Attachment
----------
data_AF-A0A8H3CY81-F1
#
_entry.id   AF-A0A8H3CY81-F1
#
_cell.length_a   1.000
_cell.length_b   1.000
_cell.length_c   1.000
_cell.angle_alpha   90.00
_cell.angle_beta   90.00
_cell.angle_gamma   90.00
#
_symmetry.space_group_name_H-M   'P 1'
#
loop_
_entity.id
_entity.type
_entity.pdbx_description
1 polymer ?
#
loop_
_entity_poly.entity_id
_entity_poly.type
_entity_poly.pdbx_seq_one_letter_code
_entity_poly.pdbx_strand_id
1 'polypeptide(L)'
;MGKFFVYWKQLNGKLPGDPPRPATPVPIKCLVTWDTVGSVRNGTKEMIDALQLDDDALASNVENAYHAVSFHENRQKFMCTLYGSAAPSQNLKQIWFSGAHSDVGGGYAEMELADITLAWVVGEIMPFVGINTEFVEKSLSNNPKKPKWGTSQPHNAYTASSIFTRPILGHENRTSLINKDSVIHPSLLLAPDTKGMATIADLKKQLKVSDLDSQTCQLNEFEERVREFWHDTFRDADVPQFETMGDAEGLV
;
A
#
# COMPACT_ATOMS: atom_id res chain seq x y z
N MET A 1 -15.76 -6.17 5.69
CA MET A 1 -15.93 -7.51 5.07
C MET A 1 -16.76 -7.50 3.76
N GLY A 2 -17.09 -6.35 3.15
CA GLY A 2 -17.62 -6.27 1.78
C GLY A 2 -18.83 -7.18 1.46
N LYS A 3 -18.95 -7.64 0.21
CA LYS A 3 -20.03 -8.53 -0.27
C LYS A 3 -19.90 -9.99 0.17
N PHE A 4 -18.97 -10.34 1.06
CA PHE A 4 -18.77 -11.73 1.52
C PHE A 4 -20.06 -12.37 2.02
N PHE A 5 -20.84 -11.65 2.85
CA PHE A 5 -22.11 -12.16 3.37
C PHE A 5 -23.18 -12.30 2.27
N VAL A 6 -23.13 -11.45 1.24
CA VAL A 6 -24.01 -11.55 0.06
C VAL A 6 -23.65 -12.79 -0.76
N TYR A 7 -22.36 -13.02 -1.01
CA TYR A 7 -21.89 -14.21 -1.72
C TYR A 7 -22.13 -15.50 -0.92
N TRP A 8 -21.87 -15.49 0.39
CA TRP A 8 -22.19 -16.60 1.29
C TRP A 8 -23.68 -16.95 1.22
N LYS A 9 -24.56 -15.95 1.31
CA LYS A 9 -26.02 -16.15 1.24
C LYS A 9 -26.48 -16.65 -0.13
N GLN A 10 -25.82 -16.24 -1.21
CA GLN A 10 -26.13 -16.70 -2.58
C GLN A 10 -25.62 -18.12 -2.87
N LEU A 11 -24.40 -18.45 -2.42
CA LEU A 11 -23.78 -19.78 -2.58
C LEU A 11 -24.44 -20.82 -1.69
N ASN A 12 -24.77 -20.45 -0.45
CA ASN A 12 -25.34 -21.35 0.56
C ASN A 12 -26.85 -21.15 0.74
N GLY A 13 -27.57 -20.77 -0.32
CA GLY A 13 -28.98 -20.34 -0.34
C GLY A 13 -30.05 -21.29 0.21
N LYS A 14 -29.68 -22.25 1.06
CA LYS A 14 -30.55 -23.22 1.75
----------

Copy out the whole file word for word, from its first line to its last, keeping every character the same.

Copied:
data_AF-A0A8H3CY81-F1
#
_entry.id   AF-A0A8H3CY81-F1
#
_cell.length_a   1.000
_cell.length_b   1.000
_cell.length_c   1.000
_cell.angle_alpha   90.00
_cell.angle_beta   90.00
_cell.angle_gamma   90.00
#
_symmetry.space_group_name_H-M   'P 1'
#
loop_
_entity.id
_entity.type
_entity.pdbx_description
1 polymer ?
#
loop_
_entity_poly.entity_id
_entity_poly.type
_entity_poly.pdbx_seq_one_letter_code
_entity_poly.pdbx_strand_id
1 'polypeptide(L)'
;MGKFFVYWKQLNGKLPGDPPRPATPVPIKCLVTWDTVGSVRNGTKEMIDALQLDDDALASNVENAYHAVSFHENRQKFMCTLYGSAAPSQNLKQIWFSGAHSDVGGGYAEMELADITLAWVVGEIMPFVGINTEFVEKSLSNNPKKPKWGTSQPHNAYTASSIFTRPILGHENRTSLINKDSVIHPSLLLAPDTKGMATIADLKKQLKVSDLDSQTCQLNEFEERVREFWHDTFRDADVPQFETMGDAEGLV
;
A
#
# COMPACT_ATOMS: atom_id res chain seq x y z
N MET A 1 -15.76 -6.17 5.69
CA MET A 1 -15.93 -7.51 5.07
C MET A 1 -16.76 -7.50 3.76
N GLY A 2 -17.09 -6.35 3.15
CA GLY A 2 -17.62 -6.27 1.78
C GLY A 2 -18.83 -7.18 1.46
N LYS A 3 -18.95 -7.64 0.21
CA LYS A 3 -20.03 -8.53 -0.27
C LYS A 3 -19.90 -9.99 0.17
N PHE A 4 -18.97 -10.34 1.06
CA PHE A 4 -18.77 -11.73 1.52
C PHE A 4 -20.06 -12.37 2.02
N PHE A 5 -20.84 -11.65 2.85
CA PHE A 5 -22.11 -12.16 3.37
C PHE A 5 -23.18 -12.30 2.27
N VAL A 6 -23.13 -11.45 1.24
CA VAL A 6 -24.01 -11.55 0.06
C VAL A 6 -23.65 -12.79 -0.76
N TYR A 7 -22.36 -13.02 -1.01
CA TYR A 7 -21.89 -14.21 -1.72
C TYR A 7 -22.13 -15.50 -0.92
N TRP A 8 -21.87 -15.49 0.39
CA TRP A 8 -22.19 -16.60 1.29
C TRP A 8 -23.68 -16.95 1.22
N LYS A 9 -24.56 -15.95 1.31
CA LYS A 9 -26.02 -16.15 1.24
C LYS A 9 -26.48 -16.65 -0.13
N GLN A 10 -25.82 -16.24 -1.21
CA GLN A 10 -26.13 -16.70 -2.58
C GLN A 10 -25.62 -18.12 -2.87
N LEU A 11 -24.40 -18.45 -2.42
CA LEU A 11 -23.78 -19.78 -2.58
C LEU A 11 -24.44 -20.82 -1.69
N ASN A 12 -24.77 -20.45 -0.45
CA ASN A 12 -25.34 -21.35 0.56
C ASN A 12 -26.85 -21.15 0.74
N GLY A 13 -27.57 -20.77 -0.32
CA GLY A 13 -28.98 -20.34 -0.34
C GLY A 13 -30.05 -21.29 0.21
N LYS A 14 -29.68 -22.25 1.06
CA LYS A 14 -30.55 -23.22 1.75